The Yankees are going to sell some ugly commemorative caps this season

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In case you have forgotten, the Yankees have won 27 World Championships. They’d really like you to not forget that, actually. In the off chance you have forgotten it, they are going to sell some hats this season that remind you of that. And next season. And the season after that.

Yep, this year the Yankees will sell — at Yankee Stadium only — some New Era caps commemorating the last nine of their World Series titles (2009, 2000, 1999, 1998, 1996, 1978, 1977, 1962 and 1961). Then, in 2018, the nine before that and in 2019 the first nine won by the franchise.

The key takeaway, though, is how the caps look:

Yes, those are tally marks on the side. In case you’ve lost count. And check out the underside of the bill:

And the back:

Level with me, Yankees fans: you gonna buy one of these? How about 27 of these?

Rockies acquire Zac Rosscup from Cubs

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The Rockies announced a minor swap of relief pitchers on Monday evening. The Cubs sent lefty Zac Rosscup to the Rockies in exchange for right-hander Matt Carasiti.

Rosscup, 29, was designated for assignment by the Cubs last Thursday. He spent only two-thirds of an inning in the majors this year and has a 5.32 career ERA across 47 1/3 innings. Rosscup has spent most of the season with Triple-A Iowa, posting a 2.60 ERA in 27 2/3 innings.

Carasiti, 25, spent 15 2/3 innings in the majors last year, putting up an ugly 9.19 ERA. With Triple-A Albuquerque this season, he compiled a 2.37 ERA and a 43/13 K/BB ratio in 30 1/3 innings.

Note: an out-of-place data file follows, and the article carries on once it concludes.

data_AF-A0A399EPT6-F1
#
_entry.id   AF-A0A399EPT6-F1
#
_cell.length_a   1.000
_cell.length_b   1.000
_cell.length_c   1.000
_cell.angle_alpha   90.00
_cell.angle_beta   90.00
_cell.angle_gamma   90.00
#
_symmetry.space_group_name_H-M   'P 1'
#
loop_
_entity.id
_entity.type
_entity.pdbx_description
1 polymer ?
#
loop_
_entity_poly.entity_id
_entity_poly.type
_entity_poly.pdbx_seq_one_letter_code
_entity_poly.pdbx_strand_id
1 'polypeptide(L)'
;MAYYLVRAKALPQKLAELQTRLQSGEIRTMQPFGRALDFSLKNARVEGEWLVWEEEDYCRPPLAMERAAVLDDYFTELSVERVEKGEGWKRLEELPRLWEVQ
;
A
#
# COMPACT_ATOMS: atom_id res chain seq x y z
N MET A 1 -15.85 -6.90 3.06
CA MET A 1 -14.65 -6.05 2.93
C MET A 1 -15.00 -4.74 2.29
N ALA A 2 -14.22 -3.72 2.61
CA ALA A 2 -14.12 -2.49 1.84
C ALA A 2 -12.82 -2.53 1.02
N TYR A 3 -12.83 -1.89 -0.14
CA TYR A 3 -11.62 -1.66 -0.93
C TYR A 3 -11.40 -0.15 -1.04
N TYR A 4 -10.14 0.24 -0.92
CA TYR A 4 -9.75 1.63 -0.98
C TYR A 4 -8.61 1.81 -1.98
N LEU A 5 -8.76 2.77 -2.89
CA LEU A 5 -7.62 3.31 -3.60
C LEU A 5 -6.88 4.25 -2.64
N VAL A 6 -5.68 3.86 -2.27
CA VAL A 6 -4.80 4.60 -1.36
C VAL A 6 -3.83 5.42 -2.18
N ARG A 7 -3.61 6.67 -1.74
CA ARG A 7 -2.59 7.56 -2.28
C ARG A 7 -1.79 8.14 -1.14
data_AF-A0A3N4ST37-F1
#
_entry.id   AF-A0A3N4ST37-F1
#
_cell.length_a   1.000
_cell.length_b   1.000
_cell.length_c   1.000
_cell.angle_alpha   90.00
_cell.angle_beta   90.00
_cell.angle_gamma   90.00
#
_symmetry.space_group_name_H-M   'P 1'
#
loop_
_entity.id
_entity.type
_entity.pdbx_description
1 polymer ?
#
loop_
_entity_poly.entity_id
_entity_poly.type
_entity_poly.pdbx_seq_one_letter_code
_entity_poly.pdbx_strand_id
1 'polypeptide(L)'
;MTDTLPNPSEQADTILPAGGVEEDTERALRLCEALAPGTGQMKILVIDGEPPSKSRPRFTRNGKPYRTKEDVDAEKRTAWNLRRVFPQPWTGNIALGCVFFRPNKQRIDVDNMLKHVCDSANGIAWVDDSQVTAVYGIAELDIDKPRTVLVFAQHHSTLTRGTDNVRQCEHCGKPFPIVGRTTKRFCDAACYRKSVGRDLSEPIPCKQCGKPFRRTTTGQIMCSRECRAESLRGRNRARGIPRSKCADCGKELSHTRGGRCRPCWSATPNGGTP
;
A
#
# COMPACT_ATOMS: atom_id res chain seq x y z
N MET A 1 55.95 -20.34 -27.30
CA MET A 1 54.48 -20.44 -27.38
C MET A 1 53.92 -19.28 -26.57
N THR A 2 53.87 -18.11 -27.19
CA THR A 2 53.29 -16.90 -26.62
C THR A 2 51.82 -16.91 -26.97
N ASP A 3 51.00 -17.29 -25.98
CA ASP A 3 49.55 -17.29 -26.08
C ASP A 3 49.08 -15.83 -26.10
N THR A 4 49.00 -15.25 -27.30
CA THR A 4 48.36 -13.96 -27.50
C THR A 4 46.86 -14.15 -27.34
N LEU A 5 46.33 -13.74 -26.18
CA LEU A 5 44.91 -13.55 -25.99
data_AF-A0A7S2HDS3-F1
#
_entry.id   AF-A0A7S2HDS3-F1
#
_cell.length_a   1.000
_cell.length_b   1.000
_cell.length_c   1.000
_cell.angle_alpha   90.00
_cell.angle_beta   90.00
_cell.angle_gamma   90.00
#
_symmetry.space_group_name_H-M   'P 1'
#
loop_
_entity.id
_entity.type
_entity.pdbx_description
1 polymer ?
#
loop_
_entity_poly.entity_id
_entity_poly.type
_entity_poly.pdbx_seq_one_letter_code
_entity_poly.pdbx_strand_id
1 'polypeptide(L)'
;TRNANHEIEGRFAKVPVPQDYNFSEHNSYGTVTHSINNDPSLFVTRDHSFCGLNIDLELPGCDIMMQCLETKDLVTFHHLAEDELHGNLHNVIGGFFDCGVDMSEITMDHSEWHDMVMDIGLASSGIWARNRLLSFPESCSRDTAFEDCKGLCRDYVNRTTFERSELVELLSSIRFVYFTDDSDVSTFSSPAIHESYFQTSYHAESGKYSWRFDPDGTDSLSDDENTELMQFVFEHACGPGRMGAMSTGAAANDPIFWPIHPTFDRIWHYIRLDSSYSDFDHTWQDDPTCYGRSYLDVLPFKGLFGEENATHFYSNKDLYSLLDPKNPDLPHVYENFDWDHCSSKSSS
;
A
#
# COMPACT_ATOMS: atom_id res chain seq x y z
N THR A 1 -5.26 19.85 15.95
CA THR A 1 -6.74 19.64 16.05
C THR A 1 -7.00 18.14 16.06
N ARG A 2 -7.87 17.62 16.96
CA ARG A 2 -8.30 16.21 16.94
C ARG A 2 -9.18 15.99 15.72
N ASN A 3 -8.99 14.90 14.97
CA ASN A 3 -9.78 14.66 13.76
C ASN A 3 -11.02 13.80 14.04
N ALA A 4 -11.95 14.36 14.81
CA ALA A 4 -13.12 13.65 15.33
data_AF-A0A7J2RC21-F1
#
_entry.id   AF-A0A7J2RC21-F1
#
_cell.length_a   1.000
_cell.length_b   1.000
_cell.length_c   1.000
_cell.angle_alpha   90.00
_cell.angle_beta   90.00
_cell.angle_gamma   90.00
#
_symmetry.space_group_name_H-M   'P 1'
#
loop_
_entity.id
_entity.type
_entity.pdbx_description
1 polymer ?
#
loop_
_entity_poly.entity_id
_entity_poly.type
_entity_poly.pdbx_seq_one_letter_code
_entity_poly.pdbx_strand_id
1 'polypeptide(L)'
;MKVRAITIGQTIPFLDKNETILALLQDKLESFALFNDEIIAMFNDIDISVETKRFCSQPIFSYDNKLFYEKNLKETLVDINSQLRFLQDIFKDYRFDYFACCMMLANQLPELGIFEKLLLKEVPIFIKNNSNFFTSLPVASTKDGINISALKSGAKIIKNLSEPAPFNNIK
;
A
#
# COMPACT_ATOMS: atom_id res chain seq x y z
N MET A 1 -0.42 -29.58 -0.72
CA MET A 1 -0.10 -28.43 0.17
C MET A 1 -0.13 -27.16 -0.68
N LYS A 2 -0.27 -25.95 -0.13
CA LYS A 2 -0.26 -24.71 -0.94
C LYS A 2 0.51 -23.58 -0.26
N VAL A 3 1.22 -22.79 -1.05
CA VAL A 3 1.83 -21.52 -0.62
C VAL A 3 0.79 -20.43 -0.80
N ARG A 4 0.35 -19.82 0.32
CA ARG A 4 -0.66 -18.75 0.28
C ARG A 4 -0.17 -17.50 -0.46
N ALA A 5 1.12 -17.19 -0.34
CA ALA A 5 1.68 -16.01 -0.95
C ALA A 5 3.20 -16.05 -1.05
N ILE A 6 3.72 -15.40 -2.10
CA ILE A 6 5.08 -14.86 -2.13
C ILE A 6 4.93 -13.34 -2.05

U.S. Court of Appeals affirms ruling that the minor leagues are exempt from federal antitrust law

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The Associated Press reported that on Monday, the U.S. Court of Appeals for the 9th Circuit affirmed a district court ruling which holds that the minor leagues are exempt from federal antitrust law, just like the major leagues.

In 2015, four minor leaguers sued Major League Baseball, alleging that MLB violated antitrust laws with its hiring and employment policies. They accused MLB of “restrain[ing] horizontal competition between and among” franchises and “artificially and illegally depressing” the salaries of minor league players.

The U.S. Court of Appeals said the players failed to state an antitrust claim, as the Curt Flood Act of 1998 exempted Minor League Baseball explicitly from antitrust laws.

This case is separate from the Aaron Senne case in which Major League Baseball is accused of violating the Fair Labor Standards Act. That case was recertified as a class action lawsuit in March. In December, Major League Baseball established a political action committee (PAC), which came months after two members of Congress sought to change language in the FLSA so that minor league players could continue to be paid substandard wages.